for those i see constantly but know little

Written by Amy L. Sullivan

SERVE Editor Word lover. Book devourer. Music addict. Amy is a Northern girl who found herself living in the South. She drinks sweet tea, turns her nose up at okra, and attempts to tell her daughters "yella" isn't a color.

April 11, 2013

reaching out

As a child, I remember visiting the local bank. Dark, shiny wood paneling lined the walls. People in formal attire smiled and handed out Dum Dums. Black pens hung on beaded chains. Chatter remained hushed.

I loved going to the bank and listening to the familiar interactions my parents had with bank employees.

Today, I can’t remember the last time I went inside a bank. Why would I? The ATM and drive-thru prove faster and more convenient.

At the gas station, I pay at the pump.

In the grocery store, self-check out lines remain short.

For used books, I buy online.

If I want a movie, I order it instantly.

When our naughty dog runs away, my neighbor texts.

Before I accrue fines, I renew my library books online.

Instead of buying the full CD of a new band, I simply click and purchase.

If I’m curious about a funny rash on my daughter’s arm, I google it.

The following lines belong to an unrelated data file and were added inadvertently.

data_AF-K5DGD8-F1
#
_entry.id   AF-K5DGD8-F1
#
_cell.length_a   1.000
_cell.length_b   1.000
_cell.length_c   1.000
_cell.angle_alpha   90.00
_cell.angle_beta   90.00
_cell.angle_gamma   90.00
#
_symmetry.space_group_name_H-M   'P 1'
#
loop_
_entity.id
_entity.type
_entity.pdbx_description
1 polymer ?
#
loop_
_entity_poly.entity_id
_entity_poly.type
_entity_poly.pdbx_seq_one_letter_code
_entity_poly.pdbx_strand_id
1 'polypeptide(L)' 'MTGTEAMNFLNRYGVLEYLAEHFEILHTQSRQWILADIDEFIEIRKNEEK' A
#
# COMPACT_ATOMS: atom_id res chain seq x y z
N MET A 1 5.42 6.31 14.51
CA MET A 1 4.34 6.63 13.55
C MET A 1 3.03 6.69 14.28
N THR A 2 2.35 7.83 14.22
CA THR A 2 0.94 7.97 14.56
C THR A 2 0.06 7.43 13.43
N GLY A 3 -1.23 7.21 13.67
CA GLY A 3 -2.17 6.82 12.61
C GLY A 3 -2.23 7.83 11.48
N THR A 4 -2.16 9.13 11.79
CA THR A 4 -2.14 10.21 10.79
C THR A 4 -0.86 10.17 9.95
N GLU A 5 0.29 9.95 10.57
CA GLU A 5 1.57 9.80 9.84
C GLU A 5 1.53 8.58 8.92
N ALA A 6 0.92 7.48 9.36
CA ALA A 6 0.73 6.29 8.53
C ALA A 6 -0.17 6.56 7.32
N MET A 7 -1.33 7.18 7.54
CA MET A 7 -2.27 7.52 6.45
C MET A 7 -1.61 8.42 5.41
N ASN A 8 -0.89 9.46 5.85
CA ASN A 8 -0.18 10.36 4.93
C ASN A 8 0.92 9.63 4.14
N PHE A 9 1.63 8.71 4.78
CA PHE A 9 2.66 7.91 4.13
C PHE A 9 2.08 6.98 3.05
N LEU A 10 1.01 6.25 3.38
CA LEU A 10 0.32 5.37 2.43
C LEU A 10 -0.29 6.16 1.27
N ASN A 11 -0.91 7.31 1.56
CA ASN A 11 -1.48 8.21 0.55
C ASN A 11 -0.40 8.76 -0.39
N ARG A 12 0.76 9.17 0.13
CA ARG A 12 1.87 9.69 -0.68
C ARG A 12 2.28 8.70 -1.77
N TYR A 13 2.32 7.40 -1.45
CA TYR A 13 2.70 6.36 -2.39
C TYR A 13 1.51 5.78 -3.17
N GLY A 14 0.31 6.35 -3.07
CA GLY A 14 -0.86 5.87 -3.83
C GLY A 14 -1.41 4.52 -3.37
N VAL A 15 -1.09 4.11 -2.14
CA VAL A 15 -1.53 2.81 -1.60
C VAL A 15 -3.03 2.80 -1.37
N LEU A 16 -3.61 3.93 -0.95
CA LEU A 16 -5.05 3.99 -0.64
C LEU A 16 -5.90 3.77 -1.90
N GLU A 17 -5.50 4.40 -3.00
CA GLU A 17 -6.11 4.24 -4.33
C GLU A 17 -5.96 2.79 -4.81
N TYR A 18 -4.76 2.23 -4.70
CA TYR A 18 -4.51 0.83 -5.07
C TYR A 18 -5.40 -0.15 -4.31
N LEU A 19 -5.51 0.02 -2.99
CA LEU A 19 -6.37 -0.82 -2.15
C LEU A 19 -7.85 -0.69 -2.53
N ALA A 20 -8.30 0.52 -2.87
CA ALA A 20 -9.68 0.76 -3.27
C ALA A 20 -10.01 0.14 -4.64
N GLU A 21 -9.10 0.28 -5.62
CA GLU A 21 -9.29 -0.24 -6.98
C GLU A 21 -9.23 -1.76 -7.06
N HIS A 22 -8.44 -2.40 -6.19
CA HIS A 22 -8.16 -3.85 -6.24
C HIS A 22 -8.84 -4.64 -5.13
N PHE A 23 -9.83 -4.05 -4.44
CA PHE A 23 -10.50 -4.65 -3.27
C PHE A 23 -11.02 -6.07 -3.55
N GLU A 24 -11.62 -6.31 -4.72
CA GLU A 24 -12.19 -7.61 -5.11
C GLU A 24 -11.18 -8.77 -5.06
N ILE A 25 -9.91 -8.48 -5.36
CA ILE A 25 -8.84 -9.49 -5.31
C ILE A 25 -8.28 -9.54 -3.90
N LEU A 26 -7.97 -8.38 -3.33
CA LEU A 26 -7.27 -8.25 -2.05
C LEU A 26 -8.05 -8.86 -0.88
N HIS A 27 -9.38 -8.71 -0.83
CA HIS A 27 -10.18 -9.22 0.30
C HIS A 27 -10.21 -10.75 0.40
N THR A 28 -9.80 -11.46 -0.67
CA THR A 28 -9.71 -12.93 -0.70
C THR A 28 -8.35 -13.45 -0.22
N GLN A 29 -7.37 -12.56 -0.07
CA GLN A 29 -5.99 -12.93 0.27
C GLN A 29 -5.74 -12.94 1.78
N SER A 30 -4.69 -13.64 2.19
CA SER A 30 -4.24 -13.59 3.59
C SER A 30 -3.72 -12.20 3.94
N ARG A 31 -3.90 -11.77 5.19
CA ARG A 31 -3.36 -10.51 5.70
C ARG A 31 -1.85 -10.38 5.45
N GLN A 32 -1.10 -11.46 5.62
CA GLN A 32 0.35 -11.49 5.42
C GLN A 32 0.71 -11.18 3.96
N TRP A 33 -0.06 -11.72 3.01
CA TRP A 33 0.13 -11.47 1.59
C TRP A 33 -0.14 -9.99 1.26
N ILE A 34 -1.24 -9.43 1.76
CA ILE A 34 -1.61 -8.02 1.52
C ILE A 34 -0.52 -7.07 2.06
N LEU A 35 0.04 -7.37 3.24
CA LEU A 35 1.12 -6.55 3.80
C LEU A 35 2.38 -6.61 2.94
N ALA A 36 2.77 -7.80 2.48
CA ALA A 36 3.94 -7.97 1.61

My interaction with people I don’t know, but who work in my community is more limited than it’s ever been, and that’s a problem.

I’ve been taking a class about Becoming a Contagious Christian. In the class, we talk about deepening our relationships with those who line our lives. I like the idea of pushing beyond surface level conversations with those already in my life, but I’m astounded I can’t list the name of one person I come in contact with regularly at the store (self-check out), gas station (self-pay), or the bank (online banking). 

My goal? This week I will walk into the gas station to pay, and I might even chose the longer line in the grocery store. This week, I’m determined to learn the name of someone I see constantly, but know little.

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for those i see constantly but know little

by Amy L. Sullivan time to read: 1 min
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